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Weinersmith’s specialty is zombie fish. She studies California killifish infected with a worm called Euhaplorchis californiensis (YU-ha-PLOR-kis CAL-ih-for-nee-EN-sis). A single fish may have thousands of these worms living on the surface of its brain. The wormier the brain, the more likely the fish is to behave strangely.
“We call them zombie fish,” she says, but admits that they are less like zombies than the ants, spiders or cockroaches. An infected fish will still eat normally and stay in a group with its pals. But it also tends to dart toward the surface, twist its body around or rub against rocks. All of these actions make it easier for birds to see the fish. Indeed, it’s almost like the infected fish wants to get eaten.
And that’s precisely the point, says Weinersmith — for the worm. This parasite can only reproduce inside a bird. So it alters the fish’s behavior in a way that attracts birds. Infected fish are 10 to 30 times more likely to get eaten. That’s what Weinersmith’s colleagues Kevin Lafferty of the University of California, Santa Barbara and Kimo Morris of Santa Ana College in California discovered.
Weinersmith now is working with Øyvind Øverli at the Norwegian University of Life Sciences, in As. They are studying the chemical processes behind the zombie fish’s bird-seeking behavior. So far, it seems that zombie fish may be less stressed out than their normal cousins. Researchers know what chemical changes should happen to a killifish brain when something, such as the sight of a bird on the prowl, stresses it out. But in a zombie fish’s brain, these chemical changes don’t seem to occur.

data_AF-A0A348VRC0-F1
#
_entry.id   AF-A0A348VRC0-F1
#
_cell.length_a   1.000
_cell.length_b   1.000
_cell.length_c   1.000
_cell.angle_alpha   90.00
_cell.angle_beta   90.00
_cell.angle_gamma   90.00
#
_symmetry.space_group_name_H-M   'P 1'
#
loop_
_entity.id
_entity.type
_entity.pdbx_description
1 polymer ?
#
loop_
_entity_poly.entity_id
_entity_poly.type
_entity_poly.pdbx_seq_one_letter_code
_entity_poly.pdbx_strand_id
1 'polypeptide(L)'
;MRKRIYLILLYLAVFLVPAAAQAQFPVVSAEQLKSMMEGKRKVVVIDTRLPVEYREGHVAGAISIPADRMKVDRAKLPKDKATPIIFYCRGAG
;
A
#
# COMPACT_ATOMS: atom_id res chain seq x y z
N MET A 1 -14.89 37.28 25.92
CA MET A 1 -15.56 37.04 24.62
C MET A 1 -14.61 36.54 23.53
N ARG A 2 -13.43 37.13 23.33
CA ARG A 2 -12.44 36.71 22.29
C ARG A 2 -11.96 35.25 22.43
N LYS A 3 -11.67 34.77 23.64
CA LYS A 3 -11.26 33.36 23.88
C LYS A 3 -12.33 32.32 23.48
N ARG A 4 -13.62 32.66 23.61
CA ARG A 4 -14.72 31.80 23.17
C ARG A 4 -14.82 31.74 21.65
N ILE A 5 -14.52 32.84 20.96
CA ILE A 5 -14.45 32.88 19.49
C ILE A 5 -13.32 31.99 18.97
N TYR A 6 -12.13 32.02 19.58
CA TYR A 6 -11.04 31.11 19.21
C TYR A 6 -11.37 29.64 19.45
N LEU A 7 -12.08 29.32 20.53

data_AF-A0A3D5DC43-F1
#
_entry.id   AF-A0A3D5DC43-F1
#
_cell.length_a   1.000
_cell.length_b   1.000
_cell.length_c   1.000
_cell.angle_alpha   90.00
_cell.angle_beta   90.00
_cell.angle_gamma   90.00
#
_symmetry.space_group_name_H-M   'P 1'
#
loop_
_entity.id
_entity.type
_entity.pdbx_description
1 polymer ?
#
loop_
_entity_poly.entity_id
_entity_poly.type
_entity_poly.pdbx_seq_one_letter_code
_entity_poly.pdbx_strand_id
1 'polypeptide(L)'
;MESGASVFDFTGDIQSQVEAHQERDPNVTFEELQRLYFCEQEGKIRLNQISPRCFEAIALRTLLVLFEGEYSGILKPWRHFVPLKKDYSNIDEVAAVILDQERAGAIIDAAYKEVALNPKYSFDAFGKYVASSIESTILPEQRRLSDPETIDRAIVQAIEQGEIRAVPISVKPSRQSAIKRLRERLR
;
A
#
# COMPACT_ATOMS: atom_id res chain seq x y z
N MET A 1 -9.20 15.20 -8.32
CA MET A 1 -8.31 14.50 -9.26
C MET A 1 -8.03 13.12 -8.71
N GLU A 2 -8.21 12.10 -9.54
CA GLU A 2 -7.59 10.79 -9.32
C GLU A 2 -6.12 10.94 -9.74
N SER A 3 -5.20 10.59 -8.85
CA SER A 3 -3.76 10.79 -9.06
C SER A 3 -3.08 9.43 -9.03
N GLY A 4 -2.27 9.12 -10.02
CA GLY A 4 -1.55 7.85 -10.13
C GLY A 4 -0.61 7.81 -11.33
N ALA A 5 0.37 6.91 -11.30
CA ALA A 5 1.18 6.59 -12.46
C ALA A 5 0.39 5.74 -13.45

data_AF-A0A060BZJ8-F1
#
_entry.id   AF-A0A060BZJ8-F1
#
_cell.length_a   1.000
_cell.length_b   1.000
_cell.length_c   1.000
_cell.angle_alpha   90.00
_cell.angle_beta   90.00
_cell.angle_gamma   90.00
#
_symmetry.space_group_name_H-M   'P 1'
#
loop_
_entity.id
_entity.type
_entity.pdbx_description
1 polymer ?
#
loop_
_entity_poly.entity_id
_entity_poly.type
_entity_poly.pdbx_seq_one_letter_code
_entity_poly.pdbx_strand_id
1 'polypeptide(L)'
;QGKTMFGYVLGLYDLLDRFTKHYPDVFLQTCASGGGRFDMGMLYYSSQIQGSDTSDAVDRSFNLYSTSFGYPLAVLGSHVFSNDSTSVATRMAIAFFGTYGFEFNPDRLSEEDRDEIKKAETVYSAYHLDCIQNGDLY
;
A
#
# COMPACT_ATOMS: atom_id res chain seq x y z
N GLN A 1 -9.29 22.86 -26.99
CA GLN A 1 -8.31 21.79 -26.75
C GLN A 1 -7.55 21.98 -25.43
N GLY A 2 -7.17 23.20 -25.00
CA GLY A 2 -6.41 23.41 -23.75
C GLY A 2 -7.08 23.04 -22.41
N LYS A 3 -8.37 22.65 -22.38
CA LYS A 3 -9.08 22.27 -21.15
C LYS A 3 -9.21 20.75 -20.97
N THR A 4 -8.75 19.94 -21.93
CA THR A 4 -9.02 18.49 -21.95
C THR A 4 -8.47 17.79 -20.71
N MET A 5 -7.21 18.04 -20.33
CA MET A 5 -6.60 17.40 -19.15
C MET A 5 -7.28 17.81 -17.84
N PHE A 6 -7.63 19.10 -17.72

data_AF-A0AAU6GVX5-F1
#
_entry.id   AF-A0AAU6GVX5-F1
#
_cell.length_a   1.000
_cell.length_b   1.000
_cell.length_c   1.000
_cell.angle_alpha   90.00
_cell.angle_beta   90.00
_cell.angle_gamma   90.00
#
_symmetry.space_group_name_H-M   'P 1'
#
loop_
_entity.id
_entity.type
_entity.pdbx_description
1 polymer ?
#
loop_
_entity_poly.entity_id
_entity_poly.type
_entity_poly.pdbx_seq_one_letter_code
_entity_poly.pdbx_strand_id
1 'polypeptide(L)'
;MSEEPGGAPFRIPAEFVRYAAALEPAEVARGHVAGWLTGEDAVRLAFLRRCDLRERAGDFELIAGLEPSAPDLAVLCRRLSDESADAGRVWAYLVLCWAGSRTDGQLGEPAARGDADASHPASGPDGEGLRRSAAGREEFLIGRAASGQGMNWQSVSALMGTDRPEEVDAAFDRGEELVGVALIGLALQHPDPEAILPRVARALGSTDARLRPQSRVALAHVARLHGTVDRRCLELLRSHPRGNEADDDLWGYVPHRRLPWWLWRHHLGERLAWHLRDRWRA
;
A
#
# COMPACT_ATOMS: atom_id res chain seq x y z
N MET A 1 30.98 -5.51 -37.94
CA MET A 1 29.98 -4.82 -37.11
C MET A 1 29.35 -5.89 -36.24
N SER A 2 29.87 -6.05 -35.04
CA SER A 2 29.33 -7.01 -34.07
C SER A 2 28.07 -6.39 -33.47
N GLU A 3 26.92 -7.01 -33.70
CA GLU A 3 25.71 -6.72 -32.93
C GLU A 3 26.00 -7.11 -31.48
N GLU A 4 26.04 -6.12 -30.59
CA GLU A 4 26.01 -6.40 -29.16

It’s as if the fish notices the hunting bird but doesn’t get freaked out as it should. “We need to do further studies to confirm this is true,” says Weinersmith. Her group plans to analyze the chemicals in the brains of infected fish, then try to recreate the zombie effect in normal fish.
Success won’t come easily. Zombie mind control is a complicated matter. Parasites have developed their control of other creatures’ brains over millions of years of evolution. Scientists have found fossil evidence of fungus-controlled ants dating back 48 million years. Over this long period, she says, “the fungus ‘learned’ a lot more about how the ant’s brain works than human scientists have.”
But scientists are starting to catch up. “Now we can ask [the parasites] what they’ve learned,” quips Weinersmith.
Ant brains may be much simpler than human brains, but the chemistry going on inside them isn’t all that different. Figuring out the secrets of zombie mind control in bugs could help neuroscientists understand more about the links between the brain and behavior in people.
Eventually, this work could lead to new medicines or therapies for human brains. We just have to hope that a mad scientist won’t go out and start making human zombies!